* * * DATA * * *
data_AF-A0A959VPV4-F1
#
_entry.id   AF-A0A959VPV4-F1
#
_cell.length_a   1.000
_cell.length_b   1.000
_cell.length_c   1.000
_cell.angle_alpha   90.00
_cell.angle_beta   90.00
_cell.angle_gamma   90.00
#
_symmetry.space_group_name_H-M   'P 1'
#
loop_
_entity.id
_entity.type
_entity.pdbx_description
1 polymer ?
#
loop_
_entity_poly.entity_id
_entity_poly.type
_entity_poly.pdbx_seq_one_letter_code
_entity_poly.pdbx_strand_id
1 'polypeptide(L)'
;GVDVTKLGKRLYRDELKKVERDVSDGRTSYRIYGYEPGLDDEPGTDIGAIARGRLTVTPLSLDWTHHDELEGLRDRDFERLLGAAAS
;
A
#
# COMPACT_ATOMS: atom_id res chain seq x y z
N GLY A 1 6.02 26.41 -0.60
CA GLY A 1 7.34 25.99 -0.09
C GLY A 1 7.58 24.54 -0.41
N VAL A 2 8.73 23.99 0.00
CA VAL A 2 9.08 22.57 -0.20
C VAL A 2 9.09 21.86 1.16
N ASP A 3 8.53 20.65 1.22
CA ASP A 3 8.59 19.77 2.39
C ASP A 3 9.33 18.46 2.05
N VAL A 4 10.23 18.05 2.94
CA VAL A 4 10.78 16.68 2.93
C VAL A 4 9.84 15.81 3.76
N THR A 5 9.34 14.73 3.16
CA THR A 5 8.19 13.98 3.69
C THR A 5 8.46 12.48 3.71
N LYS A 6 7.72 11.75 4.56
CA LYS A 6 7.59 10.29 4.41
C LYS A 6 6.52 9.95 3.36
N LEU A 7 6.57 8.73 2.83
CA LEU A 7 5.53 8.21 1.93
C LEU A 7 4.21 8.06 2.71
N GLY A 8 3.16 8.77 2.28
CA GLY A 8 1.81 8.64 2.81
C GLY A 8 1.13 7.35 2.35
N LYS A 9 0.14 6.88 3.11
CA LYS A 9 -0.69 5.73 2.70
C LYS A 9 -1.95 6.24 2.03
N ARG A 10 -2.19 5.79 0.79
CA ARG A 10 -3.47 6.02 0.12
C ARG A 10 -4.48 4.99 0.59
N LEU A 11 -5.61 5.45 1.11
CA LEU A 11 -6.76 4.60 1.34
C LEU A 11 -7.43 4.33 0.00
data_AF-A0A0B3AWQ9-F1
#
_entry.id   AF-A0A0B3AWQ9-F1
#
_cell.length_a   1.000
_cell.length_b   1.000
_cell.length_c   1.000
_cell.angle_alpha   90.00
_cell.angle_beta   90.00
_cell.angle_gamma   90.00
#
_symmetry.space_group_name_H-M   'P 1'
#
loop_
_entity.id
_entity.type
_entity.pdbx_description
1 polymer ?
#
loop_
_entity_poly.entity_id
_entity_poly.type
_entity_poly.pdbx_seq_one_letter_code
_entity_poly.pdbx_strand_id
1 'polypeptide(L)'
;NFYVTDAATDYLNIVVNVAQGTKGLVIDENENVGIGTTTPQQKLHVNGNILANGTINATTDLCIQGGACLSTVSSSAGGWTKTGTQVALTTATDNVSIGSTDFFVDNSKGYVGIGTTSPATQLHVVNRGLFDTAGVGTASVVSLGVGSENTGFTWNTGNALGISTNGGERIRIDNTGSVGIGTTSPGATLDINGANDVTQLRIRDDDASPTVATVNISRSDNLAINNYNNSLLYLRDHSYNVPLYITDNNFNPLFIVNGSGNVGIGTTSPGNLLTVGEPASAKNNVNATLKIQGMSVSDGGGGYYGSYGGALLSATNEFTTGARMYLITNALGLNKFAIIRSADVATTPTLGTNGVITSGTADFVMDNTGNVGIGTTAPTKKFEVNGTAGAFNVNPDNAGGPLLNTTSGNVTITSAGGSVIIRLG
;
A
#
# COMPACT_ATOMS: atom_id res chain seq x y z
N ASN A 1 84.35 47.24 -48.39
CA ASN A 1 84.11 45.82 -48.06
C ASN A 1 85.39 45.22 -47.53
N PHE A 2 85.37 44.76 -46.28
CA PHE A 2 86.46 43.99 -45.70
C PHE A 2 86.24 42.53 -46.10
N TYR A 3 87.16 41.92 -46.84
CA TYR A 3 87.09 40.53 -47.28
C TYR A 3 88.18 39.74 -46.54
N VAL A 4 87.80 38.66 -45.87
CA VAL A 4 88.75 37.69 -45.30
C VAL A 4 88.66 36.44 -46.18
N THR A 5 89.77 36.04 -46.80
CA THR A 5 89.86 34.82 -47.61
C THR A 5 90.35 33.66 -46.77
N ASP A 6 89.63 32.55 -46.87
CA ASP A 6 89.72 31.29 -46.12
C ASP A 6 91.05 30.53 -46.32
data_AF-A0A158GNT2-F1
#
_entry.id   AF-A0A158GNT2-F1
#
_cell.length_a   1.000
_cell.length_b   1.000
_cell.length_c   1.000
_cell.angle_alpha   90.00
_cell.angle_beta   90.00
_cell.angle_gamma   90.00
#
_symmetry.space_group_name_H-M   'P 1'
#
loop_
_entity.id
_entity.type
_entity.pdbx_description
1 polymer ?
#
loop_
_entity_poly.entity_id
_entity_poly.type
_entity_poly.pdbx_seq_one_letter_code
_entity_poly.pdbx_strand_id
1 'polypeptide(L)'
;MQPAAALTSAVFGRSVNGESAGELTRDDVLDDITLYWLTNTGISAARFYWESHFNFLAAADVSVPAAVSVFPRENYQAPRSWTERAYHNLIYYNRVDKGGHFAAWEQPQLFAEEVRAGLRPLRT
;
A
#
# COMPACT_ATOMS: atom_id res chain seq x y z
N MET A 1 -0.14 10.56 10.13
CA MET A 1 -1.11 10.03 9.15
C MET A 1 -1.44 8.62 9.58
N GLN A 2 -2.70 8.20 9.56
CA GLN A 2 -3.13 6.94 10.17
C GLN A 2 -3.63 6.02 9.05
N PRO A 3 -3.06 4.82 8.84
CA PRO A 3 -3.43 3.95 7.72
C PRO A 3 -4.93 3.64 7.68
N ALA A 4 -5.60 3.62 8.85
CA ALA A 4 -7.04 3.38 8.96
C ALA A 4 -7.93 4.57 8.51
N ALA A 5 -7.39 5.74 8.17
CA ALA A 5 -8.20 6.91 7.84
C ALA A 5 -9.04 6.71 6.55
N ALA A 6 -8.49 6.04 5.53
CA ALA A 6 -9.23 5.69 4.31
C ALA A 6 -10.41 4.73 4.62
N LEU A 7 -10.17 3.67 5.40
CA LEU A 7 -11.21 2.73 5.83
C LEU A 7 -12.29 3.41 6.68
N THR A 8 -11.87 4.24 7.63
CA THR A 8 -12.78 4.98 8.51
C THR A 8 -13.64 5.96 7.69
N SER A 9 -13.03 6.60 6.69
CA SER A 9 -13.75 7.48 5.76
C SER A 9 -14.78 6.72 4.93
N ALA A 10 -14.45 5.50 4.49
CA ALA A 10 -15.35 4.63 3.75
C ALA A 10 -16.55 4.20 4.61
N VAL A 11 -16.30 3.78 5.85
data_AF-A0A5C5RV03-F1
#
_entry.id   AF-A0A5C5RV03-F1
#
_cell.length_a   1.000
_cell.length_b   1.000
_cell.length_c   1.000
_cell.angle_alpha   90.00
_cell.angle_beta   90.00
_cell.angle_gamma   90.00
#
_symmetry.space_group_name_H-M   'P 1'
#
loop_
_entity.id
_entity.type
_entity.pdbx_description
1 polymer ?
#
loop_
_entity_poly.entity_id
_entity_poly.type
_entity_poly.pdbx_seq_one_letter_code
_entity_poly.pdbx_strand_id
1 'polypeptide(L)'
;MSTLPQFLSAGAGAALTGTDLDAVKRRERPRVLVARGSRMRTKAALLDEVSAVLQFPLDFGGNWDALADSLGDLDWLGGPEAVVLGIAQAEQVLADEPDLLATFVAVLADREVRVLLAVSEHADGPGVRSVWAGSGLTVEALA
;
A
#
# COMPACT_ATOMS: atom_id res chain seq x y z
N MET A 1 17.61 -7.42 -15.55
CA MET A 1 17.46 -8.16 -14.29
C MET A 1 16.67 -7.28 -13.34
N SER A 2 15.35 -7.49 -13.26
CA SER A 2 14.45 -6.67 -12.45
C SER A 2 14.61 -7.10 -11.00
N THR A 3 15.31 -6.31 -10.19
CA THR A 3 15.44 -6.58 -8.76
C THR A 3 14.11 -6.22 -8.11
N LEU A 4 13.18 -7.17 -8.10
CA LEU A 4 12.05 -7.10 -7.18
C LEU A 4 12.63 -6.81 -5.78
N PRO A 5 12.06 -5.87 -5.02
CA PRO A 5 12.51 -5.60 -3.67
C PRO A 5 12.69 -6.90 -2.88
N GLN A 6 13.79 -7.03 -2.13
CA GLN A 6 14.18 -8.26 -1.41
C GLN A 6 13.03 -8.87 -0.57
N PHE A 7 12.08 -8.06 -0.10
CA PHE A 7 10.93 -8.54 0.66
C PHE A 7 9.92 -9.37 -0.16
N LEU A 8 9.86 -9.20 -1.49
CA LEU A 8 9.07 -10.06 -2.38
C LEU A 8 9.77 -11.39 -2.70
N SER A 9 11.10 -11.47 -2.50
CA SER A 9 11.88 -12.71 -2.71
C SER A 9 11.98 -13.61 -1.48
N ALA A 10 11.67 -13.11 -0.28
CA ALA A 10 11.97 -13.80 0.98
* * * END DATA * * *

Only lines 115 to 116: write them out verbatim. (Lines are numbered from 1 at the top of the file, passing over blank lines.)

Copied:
#
_cell.length_a   1.000